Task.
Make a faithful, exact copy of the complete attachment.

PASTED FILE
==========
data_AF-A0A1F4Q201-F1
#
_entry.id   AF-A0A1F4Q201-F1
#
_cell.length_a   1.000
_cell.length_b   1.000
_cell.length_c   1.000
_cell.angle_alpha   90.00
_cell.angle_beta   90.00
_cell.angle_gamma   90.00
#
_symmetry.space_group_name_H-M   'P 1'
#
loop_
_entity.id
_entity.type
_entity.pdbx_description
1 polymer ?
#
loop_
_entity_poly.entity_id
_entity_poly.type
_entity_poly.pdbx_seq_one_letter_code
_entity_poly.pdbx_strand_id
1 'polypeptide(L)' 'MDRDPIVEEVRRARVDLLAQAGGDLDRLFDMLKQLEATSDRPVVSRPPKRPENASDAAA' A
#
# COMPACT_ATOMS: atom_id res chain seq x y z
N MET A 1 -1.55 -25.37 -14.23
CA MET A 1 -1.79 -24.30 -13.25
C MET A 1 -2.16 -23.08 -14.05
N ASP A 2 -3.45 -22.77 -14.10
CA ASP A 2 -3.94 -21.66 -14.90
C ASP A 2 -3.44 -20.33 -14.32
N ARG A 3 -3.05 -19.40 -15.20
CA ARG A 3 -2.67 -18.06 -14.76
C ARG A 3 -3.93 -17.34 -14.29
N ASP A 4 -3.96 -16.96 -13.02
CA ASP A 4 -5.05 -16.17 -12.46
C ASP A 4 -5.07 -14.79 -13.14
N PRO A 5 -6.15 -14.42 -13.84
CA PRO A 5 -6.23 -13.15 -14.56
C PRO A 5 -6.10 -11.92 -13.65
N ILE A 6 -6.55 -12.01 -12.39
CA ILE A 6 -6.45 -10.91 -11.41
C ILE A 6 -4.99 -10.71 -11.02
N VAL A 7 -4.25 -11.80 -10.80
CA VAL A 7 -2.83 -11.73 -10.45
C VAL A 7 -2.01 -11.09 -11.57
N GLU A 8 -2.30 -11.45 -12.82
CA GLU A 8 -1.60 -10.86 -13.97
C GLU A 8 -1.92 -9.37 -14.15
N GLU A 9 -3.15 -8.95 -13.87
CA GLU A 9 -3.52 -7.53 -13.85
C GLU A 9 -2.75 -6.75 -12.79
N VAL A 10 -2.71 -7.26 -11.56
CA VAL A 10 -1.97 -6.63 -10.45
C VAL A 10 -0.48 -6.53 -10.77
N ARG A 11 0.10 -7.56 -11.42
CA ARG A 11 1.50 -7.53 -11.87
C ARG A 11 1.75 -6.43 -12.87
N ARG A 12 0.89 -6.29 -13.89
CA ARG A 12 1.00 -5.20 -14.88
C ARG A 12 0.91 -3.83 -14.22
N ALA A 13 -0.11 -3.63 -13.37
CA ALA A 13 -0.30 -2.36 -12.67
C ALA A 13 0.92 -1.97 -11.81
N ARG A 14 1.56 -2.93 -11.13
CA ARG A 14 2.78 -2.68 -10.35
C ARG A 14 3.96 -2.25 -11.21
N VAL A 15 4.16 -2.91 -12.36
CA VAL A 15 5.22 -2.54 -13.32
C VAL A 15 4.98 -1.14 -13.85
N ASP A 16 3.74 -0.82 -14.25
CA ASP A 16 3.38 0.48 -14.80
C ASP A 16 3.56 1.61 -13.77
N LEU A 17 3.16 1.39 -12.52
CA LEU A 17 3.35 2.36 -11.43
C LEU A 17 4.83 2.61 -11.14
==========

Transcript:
data_AF-A0A1F4Q201-F1
#
_entry.id   AF-A0A1F4Q201-F1
#
_cell.length_a   1.000
_cell.length_b   1.000
_cell.length_c   1.000
_cell.angle_alpha   90.00
_cell.angle_beta   90.00
_cell.angle_gamma   90.00
#
_symmetry.space_group_name_H-M   'P 1'
#
loop_
_entity.id
_entity.type
_entity.pdbx_description
1 polymer ?
#
loop_
_entity_poly.entity_id
_entity_poly.type
_entity_poly.pdbx_seq_one_letter_code
_entity_poly.pdbx_strand_id
1 'polypeptide(L)' 'MDRDPIVEEVRRARVDLLAQAGGDLDRLFDMLKQLEATSDRPVVSRPPKRPENASDAAA' A
#
# COMPACT_ATOMS: atom_id res chain seq x y z
N MET A 1 -1.55 -25.37 -14.23
CA MET A 1 -1.79 -24.30 -13.25
C MET A 1 -2.16 -23.08 -14.05
N ASP A 2 -3.45 -22.77 -14.10
CA ASP A 2 -3.94 -21.66 -14.90
C ASP A 2 -3.44 -20.33 -14.32
N ARG A 3 -3.05 -19.40 -15.20
CA ARG A 3 -2.67 -18.06 -14.76
C ARG A 3 -3.93 -17.34 -14.29
N ASP A 4 -3.96 -16.96 -13.02
CA ASP A 4 -5.05 -16.17 -12.46
C ASP A 4 -5.07 -14.79 -13.14
N PRO A 5 -6.15 -14.42 -13.84
CA PRO A 5 -6.23 -13.15 -14.56
C PRO A 5 -6.10 -11.92 -13.65
N ILE A 6 -6.55 -12.01 -12.39
CA ILE A 6 -6.45 -10.91 -11.41
C ILE A 6 -4.99 -10.71 -11.02
N VAL A 7 -4.25 -11.80 -10.80
CA VAL A 7 -2.83 -11.73 -10.45
C VAL A 7 -2.01 -11.09 -11.57
N GLU A 8 -2.30 -11.45 -12.82
CA GLU A 8 -1.60 -10.86 -13.97
C GLU A 8 -1.92 -9.37 -14.15
N GLU A 9 -3.15 -8.95 -13.87
CA GLU A 9 -3.52 -7.53 -13.85
C GLU A 9 -2.75 -6.75 -12.79
N VAL A 10 -2.71 -7.26 -11.56
CA VAL A 10 -1.97 -6.63 -10.45
C VAL A 10 -0.48 -6.53 -10.77
N ARG A 11 0.10 -7.56 -11.42
CA ARG A 11 1.50 -7.53 -11.87
C ARG A 11 1.75 -6.43 -12.87
N ARG A 12 0.89 -6.29 -13.89
CA ARG A 12 1.00 -5.20 -14.88
C ARG A 12 0.91 -3.83 -14.22
N ALA A 13 -0.11 -3.63 -13.37
CA ALA A 13 -0.30 -2.36 -12.67
C ALA A 13 0.92 -1.97 -11.81
N ARG A 14 1.56 -2.93 -11.13
CA ARG A 14 2.78 -2.68 -10.35
C ARG A 14 3.96 -2.25 -11.21
N VAL A 15 4.16 -2.91 -12.36
CA VAL A 15 5.22 -2.54 -13.32
C VAL A 15 4.98 -1.14 -13.85
N ASP A 16 3.74 -0.82 -14.25
CA ASP A 16 3.38 0.48 -14.80
C ASP A 16 3.56 1.61 -13.77
N LEU A 17 3.16 1.39 -12.52
CA LEU A 17 3.35 2.36 -11.43
C LEU A 17 4.83 2.61 -11.14